The objective and novelty of this study is twofold. First, to systematically investigate the stability properties of incompressible Couette flows of inhomogeneous complex fluids. For this reason, extensive parametric studies, with respect to the dimensionless groups that appear in the governing equations, are also performed. The secondary objective of this study is to provide further insight into the role of the configuration stress tensor and, thus, the volume fraction's gradient, in transient flowing conditions. Thus far, relevant studies, such as the ones of Passman *et al.* [7], Wang & Hutter [8] and Massoudi & Boyle [9], have focused exclusively on steady-flow conditions.

This paper is organized as follows. In §2, we describe the governing equations of an inhomogeneous complex fluid and derive the base-flow profile. Section 3 is devoted to the linear stability analysis and numerical methodology that is employed for the treatment of the resulting eigenvalue problem. In §4, we present and discuss the numerical results and determine the stability diagrams for the problem in hand. Finally, §5 concludes.

## 2. Governing equations

Governing equations for incompressible flows of inhomogeneous complex fluids can be obtained by taking the single-phase limit of the continuum model for incompressible fluid-saturated granular flows of Varsakelis & Papalexandris [10]. This system of equations constitutes the zero-Mach-number limit of the mixture theory for coexisting and interacting continua of Papalexandris [5], whose free energy depends on both their bulk density and its spatial gradient.

The systematic reduction of two-phase flow models to their single-phase limit is a delicate task due to the singularity of this limit. Herein, we follow the steps of Bdzil *et al.* [11]. Then, upon doing so, we arrive at the following system of (dimensional) equations:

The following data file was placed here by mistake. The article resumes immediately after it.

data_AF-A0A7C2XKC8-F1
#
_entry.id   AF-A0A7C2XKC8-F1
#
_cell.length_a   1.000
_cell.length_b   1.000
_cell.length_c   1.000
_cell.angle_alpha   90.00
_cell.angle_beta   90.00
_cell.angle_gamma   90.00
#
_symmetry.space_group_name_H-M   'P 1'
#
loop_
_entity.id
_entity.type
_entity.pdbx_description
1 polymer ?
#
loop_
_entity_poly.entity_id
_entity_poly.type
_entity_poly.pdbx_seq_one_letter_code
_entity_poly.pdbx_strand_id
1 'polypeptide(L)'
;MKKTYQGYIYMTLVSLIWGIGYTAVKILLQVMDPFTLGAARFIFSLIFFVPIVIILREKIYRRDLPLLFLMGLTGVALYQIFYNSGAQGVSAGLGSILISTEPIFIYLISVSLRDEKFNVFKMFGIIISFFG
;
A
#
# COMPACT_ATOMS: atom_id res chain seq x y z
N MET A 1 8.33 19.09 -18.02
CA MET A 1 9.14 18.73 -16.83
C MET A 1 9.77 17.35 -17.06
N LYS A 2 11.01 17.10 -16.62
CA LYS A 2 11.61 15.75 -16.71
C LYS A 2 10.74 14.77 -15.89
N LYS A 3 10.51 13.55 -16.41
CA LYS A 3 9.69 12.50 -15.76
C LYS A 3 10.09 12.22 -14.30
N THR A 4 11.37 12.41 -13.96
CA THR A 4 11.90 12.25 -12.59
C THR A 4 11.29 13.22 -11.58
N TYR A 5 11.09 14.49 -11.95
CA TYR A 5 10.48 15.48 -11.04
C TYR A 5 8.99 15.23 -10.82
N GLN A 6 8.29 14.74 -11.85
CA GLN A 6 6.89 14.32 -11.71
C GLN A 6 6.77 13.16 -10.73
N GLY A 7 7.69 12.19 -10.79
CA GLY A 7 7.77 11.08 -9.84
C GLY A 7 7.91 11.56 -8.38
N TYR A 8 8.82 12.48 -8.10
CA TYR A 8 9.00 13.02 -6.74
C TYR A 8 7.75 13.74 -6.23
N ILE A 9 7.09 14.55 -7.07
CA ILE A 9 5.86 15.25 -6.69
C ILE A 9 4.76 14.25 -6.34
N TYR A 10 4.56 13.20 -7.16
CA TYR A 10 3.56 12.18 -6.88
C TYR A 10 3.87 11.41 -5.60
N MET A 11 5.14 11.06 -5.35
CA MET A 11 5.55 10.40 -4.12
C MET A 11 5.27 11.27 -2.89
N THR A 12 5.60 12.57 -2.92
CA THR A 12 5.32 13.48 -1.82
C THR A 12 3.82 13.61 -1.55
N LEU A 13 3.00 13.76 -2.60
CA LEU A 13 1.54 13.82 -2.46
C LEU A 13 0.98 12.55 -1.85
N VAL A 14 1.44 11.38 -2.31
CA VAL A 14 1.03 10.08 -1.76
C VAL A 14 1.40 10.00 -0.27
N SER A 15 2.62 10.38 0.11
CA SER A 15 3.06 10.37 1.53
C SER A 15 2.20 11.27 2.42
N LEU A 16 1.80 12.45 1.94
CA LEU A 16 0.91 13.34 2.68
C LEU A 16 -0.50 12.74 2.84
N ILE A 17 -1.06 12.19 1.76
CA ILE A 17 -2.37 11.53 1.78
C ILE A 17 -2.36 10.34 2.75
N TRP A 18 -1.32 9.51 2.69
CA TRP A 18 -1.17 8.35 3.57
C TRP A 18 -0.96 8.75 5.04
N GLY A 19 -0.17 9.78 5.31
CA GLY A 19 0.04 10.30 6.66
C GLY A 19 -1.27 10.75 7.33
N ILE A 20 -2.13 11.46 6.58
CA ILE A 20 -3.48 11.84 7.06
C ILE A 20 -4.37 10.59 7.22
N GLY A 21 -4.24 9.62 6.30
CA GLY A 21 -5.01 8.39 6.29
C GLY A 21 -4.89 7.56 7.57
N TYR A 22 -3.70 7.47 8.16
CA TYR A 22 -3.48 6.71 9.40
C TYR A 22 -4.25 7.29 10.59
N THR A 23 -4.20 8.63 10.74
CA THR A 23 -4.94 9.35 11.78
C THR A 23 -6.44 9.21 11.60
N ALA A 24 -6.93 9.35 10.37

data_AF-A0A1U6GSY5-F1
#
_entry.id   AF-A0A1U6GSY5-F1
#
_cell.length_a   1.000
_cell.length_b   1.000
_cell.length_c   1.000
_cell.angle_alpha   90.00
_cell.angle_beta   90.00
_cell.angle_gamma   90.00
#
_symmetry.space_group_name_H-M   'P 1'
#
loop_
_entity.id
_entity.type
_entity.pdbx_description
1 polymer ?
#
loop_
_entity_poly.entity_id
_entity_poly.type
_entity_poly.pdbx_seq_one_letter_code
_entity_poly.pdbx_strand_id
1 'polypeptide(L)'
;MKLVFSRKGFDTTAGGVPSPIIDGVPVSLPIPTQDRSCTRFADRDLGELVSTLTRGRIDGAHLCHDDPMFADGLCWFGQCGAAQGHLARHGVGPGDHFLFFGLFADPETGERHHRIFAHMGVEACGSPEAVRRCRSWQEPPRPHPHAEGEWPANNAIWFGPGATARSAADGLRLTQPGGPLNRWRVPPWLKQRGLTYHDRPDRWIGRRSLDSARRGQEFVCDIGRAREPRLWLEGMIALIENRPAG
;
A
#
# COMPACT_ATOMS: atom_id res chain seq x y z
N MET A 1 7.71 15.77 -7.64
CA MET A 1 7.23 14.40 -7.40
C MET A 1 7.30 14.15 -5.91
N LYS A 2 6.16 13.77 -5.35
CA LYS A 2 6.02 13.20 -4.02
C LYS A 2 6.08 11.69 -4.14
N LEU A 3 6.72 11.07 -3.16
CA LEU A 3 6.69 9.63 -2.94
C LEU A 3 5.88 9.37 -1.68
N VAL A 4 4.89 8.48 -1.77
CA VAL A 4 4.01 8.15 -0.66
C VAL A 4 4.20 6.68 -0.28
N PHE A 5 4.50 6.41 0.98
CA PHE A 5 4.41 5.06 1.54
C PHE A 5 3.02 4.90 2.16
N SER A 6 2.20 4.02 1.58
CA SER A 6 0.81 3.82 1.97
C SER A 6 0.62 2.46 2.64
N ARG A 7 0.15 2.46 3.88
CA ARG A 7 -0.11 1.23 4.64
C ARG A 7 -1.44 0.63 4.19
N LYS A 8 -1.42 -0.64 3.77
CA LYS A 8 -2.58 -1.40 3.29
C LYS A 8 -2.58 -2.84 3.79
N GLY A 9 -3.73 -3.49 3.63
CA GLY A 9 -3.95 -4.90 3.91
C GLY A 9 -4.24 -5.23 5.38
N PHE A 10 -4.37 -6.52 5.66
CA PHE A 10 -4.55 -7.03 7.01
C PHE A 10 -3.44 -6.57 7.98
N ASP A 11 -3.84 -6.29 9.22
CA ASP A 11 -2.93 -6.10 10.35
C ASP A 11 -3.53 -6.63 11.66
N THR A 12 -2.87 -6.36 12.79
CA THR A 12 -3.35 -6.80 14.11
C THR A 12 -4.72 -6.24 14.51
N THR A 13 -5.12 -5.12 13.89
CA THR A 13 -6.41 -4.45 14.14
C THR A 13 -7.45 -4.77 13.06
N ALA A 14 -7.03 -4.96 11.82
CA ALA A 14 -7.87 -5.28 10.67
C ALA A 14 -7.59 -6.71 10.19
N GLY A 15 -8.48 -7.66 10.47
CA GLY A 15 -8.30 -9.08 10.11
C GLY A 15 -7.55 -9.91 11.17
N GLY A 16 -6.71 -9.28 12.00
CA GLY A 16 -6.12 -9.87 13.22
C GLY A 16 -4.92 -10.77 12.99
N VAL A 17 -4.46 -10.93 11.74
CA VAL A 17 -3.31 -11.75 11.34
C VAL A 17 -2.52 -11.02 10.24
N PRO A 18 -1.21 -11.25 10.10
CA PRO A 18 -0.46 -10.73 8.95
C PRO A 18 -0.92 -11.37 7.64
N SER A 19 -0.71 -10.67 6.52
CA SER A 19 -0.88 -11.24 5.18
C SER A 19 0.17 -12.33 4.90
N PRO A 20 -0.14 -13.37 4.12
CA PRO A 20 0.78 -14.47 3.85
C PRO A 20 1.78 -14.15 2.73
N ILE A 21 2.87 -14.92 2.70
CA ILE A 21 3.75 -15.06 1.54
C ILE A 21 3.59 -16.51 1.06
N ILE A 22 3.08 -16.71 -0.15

*Mass and momentum balance equations*

*Compaction equation*
*ϕ* and

The term *configuration stress tensor* discussed in the Introduction. Accordingly, the term *configuration stress coefficient*. The configuration stress tensor bears strong resemblances to the so-called Korteweg capillarity tensor. This is not surprising because the continuum theory that equations (2.1)–(2.3) have been built upon is to a large extent preceded by the theory of Korteweg [12].

For the rheology of the complex fluid *ϕ*_{M} represents the maximum concentration upon which the complex fluid experiences jamming. As a matter of fact, equation (2.4) constitutes an incarnation of the Krieger–Dougherty rheology which is widely exercised in the study of suspensions; see, for instance, the review article of Stickel & Powel [14]. For more information about particle jamming and its properties, the interested reader is referred to Liu & Nagel [15].

On the other hand, and to the best of our knowledge, systematic experimental measurements for *et al.* [7], who argued that, as

Finally, it is worth noting that the well-posedness of equations (2.1)–(2.3), endowed with a quite general volume-fraction-dependent rheology and configuration stress vector, has been established in various cases. For the equilibrium limit, we refer to Varsakelis & Papalexandris [16], whereas for the unsteady case we refer to Nakano & Tani [17].

### (a) Non-dimensionalization, base-flow profiles and boundary conditions

In the configuration of a plane, unidirectional Couette flow, a complex fluid is placed between two infinite parallel planes in the

For the purposes of a stability analysis, it is convenient to work with the non-dimensionalized version of the governing equations so that the effect of the various non-dimensional groups is apparent. In order to do so, we first determine the (dimensional) reference values that will be denoted with the subscript ‘r’. The reference length, *Re* and *Fr*, corresponding to the Reynolds and Froude numbers of the flow, are defined as usual,
*ϕ*. Then,

By performing the above non-dimensionalizations and by introducing the expressions for the rheology

We now proceed to the determination of the base-flow profiles. Following standard practices, we postulate that the base flow is time-independent and quasi-parallel, i.e. that its variation is located entirely in the direction normal to the streamwise direction. On this premise, we consider a base flow of the following form:

The introduction of (2.13) to (2.10)–(2.12) yields, upon rearrangement,